What You Can Do
Be willing to talk with the student. Try to find an appropriate time and place where you can both talk privately and neither feels rushed or preoccupied. Give the student your full attention. It is possible that your willingness to talk will establish an atmosphere to make a referral or work through a problem. Listen:
Be willing to listen to the student’s concerns in a sensitive way. If you have initiated the contact, express your concerns in nonjudgmental terms. Maintain/respect your limitations:
Be aware of and maintain clear and consistent boundaries and expectations. Maintain a professional relationship with the student and be consistent in academic expectations. Know your limitations. When you feel you have helped as much as you can, seek another option, such as referral. Give hope:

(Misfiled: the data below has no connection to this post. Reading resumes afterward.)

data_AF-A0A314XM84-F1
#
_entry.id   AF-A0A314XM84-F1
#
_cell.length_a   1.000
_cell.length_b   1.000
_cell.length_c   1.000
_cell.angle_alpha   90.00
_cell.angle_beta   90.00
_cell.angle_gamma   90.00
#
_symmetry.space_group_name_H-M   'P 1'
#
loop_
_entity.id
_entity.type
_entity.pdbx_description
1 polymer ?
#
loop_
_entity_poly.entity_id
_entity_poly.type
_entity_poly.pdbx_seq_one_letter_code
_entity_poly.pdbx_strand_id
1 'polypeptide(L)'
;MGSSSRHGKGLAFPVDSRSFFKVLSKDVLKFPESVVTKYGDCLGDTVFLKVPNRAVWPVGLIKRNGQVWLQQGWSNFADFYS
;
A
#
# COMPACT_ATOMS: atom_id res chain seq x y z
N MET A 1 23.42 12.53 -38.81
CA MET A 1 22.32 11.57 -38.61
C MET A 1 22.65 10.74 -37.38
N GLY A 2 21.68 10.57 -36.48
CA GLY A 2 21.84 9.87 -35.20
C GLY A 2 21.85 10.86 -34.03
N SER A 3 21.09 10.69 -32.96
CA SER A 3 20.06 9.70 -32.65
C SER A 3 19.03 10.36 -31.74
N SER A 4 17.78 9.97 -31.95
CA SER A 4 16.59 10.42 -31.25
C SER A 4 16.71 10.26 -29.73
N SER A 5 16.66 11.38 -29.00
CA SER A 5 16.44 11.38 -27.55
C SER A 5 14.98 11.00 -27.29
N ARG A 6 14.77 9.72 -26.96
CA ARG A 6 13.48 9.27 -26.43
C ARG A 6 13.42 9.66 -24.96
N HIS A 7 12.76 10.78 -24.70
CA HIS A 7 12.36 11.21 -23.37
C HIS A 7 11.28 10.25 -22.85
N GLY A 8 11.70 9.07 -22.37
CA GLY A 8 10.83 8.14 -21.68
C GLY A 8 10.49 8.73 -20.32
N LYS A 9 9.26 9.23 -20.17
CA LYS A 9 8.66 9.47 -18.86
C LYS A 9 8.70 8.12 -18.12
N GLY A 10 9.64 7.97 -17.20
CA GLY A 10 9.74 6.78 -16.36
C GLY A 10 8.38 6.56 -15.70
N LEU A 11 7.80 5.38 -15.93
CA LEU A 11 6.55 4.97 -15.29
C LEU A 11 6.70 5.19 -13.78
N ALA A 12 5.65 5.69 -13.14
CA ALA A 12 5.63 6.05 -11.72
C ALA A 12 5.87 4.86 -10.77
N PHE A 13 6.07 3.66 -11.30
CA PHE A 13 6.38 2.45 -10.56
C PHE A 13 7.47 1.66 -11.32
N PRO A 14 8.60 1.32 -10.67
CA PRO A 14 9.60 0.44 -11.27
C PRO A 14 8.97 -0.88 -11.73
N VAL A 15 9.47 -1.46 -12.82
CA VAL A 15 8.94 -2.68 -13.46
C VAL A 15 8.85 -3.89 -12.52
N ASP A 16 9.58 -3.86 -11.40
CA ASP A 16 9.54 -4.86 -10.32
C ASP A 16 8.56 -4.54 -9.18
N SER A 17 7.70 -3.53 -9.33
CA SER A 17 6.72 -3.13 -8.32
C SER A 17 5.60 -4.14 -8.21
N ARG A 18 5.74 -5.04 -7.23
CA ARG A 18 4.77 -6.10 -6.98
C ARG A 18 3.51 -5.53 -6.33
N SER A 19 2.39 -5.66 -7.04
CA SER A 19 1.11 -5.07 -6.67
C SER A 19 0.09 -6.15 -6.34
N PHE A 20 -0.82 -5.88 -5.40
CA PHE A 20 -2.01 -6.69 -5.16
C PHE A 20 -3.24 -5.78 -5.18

It is important to help students understand the options before them and that things will not always seem hopeless. Suggest resources such as family, friends, and professionals on campus. Avoid making promises you cannot keep. Consult:
Take all suicidal and homicidal expressions seriously. A student whose behavior has become threatening, violent, or too disruptive may need a different kind of intervention. Please consult with Counseling Center
staff or the University Police Department
if you have any doubts about the appropriateness of an intervention.